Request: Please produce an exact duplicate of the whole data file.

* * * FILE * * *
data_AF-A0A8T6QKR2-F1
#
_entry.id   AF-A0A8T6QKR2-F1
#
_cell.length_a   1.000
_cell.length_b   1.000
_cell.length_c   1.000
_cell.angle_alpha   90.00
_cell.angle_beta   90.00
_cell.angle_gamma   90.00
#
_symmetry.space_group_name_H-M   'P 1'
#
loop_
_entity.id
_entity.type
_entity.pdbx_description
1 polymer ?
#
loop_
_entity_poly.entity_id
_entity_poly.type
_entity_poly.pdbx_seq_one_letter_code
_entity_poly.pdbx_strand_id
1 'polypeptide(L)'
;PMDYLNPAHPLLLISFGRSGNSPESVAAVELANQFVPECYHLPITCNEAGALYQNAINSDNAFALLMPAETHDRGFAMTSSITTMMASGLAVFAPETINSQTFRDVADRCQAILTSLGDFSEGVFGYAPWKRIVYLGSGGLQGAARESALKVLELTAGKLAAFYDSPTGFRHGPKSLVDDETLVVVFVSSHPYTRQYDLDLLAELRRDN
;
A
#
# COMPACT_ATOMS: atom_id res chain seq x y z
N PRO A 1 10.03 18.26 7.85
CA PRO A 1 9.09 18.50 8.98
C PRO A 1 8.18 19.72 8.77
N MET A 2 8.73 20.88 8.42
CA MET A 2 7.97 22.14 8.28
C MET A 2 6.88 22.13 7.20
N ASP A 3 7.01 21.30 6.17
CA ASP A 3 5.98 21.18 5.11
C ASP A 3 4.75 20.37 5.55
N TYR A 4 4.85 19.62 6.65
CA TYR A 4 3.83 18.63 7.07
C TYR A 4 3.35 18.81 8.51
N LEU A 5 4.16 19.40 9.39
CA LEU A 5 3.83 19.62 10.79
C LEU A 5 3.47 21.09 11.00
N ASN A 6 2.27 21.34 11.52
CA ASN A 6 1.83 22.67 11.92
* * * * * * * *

data_AF-A0A8T6QKR2-F1
#
_entry.id   AF-A0A8T6QKR2-F1
#
_cell.length_a   1.000
_cell.length_b   1.000
_cell.length_c   1.000
_cell.angle_alpha   90.00
_cell.angle_beta   90.00
_cell.angle_gamma   90.00
#
_symmetry.space_group_name_H-M   'P 1'
#
loop_
_entity.id
_entity.type
_entity.pdbx_description
1 polymer ?
#
loop_
_entity_poly.entity_id
_entity_poly.type
_entity_poly.pdbx_seq_one_letter_code
_entity_poly.pdbx_strand_id
1 'polypeptide(L)'
;PMDYLNPAHPLLLISFGRSGNSPESVAAVELANQFVPECYHLPITCNEAGALYQNAINSDNAFALLMPAETHDRGFAMTSSITTMMASGLAVFAPETINSQTFRDVADRCQAILTSLGDFSEGVFGYAPWKRIVYLGSGGLQGAARESALKVLELTAGKLAAFYDSPTGFRHGPKSLVDDETLVVVFVSSHPYTRQYDLDLLAELRRDN
;
A
#
# COMPACT_ATOMS: atom_id res chain seq x y z
N PRO A 1 10.03 18.26 7.85
CA PRO A 1 9.09 18.50 8.98
C PRO A 1 8.18 19.72 8.77
N MET A 2 8.73 20.88 8.42
CA MET A 2 7.97 22.14 8.28
C MET A 2 6.88 22.13 7.20
N ASP A 3 7.01 21.30 6.17
CA ASP A 3 5.98 21.18 5.11
C ASP A 3 4.75 20.37 5.55
N TYR A 4 4.85 19.62 6.65
CA TYR A 4 3.83 18.63 7.07
C TYR A 4 3.35 18.81 8.51
N LEU A 5 4.16 19.40 9.39
CA LEU A 5 3.83 19.62 10.79
C LEU A 5 3.47 21.09 11.00
N ASN A 6 2.27 21.34 11.52
CA ASN A 6 1.83 22.67 11.92